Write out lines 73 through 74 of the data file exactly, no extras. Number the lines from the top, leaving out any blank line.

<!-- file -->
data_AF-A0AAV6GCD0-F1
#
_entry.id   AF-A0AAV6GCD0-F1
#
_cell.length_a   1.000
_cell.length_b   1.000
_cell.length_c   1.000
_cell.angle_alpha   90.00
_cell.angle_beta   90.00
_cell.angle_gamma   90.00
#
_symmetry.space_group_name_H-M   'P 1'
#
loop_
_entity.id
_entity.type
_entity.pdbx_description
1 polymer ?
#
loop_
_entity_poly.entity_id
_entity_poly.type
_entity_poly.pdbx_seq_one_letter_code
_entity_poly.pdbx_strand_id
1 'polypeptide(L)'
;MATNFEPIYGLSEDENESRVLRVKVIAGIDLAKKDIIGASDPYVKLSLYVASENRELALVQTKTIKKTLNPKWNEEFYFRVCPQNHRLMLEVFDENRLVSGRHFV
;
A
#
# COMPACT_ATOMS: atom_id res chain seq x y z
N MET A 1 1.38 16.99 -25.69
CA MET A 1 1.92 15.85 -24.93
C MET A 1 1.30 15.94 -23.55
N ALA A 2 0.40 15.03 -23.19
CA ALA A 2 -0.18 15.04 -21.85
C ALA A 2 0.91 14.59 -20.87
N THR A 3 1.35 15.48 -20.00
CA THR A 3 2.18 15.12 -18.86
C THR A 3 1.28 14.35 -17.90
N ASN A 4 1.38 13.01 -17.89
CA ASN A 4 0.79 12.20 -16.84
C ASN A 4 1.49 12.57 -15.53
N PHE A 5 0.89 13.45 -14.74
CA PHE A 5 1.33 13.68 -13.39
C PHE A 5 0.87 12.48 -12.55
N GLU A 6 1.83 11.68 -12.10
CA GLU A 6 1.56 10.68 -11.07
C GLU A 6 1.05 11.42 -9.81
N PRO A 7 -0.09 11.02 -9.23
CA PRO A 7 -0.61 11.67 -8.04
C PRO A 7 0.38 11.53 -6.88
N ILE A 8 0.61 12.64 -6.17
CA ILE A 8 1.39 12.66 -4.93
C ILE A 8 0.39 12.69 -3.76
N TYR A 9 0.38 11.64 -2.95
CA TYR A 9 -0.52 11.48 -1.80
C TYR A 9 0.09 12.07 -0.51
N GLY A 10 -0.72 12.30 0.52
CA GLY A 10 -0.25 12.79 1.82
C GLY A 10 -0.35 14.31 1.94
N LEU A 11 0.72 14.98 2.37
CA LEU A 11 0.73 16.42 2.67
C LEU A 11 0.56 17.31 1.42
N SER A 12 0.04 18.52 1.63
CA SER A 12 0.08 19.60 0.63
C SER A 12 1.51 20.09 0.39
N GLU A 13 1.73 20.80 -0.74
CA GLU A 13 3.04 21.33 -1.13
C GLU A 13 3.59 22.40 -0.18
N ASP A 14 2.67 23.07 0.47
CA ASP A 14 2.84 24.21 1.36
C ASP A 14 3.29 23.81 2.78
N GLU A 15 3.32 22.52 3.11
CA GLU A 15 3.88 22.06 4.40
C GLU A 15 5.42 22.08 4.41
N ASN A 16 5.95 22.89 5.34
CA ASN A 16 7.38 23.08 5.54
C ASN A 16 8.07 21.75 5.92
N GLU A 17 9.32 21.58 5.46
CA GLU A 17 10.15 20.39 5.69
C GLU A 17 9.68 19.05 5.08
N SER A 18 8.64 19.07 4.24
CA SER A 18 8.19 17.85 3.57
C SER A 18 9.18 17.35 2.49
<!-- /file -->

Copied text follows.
N GLU A 15 3.32 22.52 3.11
CA GLU A 15 3.88 22.06 4.40